Opportunities for Substance Based Growth

  • Written by Ray Wearmouth

The Changing World. As many industries around the world find themselves being disrupted by technological advances, changing social attitudes and challenges to globalisation, it is no surprise that the global financial services industry is navigating less certain waters than ever before. Banks, stock exchanges, fund managers, accountancy firms, law firms and a whole plethora of businesses and professions that form part of that industry find themselves in a rapidly changing, often uncertain, environment.

The International Finance Centres of the UK’s Overseas Territories and Crown Dependencies sit in the middle of that environment although they are already well versed in continuous evolution and change, usually driven by externally-driven forces. As such, their adaptability, outlook and modus operandi suit change well.

Whilst the current winds of change in relation to political and national globalisation appear to suggest a “stop and think” attitude, the global harmonisation of standards and regulation in the financial services sector have continued to go in the opposite direction. The OECD’s Global Forum Review, the Common Reporting Standards and the FATF Recommendations all represent global standards which have already been accepted around the world. That international playing field should now be level, by its global nature, and this very much suits the British Virgin Islands (BVI).

All Part of the Plan. The global harmonisation of standards and regulation within the wider financial services world has long been anticipated and recognised by the BVI. It has typically been an early adopter of such standards, fully appreciating the important role it plays in international commerce. It continues to see those international standards as being part of its fabric and an important bedrock for the success of its own financial services industry. Exceeding those standards and being an international partner with the G20 nations and OECD countries is part of its kite mark for success.

When McKinsey & Co endorsed the BVI Government’s Strategic Plan for Financial Services in late 2014 a clear pathway was set for how the BVI would continue to thrive in a changing world where those standards would evolve quickly. The two part plan of remaining a world leader in company incorporations while at the same time expanding its value-added services offering was considered fit for purpose. It also mapped out the likely road that international standards would take and planned the BVI’s own journey along that road. The plan contained ten key deliverables which have been put into action and life through the BVI Forward platform which is the delivery mechanism for those ten items.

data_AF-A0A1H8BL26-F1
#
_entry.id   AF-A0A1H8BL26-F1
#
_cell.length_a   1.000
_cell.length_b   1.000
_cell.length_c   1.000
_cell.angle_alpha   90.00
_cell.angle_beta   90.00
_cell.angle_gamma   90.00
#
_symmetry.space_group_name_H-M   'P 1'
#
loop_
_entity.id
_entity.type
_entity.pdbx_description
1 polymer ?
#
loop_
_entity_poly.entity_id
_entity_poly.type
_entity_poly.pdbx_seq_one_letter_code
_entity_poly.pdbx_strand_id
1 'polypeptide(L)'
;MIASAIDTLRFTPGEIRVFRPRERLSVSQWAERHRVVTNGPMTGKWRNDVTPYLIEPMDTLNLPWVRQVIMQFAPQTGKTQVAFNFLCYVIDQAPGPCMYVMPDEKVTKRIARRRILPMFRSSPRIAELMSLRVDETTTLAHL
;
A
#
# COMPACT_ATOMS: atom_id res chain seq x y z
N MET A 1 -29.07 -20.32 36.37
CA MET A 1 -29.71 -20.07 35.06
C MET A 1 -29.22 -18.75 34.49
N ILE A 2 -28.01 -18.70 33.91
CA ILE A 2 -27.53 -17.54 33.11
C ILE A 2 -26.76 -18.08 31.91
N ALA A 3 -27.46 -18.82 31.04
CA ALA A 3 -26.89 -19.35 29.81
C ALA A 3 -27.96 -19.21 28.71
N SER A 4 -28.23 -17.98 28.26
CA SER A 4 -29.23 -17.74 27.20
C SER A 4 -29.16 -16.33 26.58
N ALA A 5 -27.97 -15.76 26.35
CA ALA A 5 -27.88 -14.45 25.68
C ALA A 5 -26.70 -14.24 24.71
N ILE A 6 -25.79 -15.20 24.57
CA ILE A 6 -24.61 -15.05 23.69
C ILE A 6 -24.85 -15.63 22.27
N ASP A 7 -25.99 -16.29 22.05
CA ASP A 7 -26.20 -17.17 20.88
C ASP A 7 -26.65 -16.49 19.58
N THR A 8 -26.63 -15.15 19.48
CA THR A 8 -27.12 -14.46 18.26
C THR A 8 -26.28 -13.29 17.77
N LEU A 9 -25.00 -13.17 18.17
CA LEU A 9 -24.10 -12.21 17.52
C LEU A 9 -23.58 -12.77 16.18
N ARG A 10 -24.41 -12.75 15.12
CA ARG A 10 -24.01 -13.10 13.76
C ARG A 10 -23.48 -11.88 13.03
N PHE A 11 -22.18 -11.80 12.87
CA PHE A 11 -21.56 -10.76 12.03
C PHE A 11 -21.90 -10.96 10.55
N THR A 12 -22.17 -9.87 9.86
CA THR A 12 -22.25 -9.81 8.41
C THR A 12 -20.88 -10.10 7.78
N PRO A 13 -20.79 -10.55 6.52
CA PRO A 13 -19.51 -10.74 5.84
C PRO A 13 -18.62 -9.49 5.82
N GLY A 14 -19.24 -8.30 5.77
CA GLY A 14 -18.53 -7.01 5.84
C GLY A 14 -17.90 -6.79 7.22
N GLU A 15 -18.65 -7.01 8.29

Adding value-added services, particularly those which build substance in the BVI, is, in essence, the most fundamental element of BVI Forward. In OECD terms, substance growth helps deliver permanent establishment under the OECD’s BEPS Action Plan. It also complements other existing financial services products and diversifies the BVI’s home economy.

BVI Forward’s ten deliverables are holistic and bring together a number of independent parts. Each part brings individual benefits but the cumulative effect is exponential for all of them. As such, the sum of the whole is certainly greater than the sum of the parts. A number of those parts represent important stepping stones for the optimum delivery of the value-added services and products element. A number of those are structural in nature, involving both physical infrastructure and organisational structure. The latter would include, for example, the way in which the jurisdiction’s marketing efforts are structured and organised. With those elements in place, the value-added component can be added in the most effective way.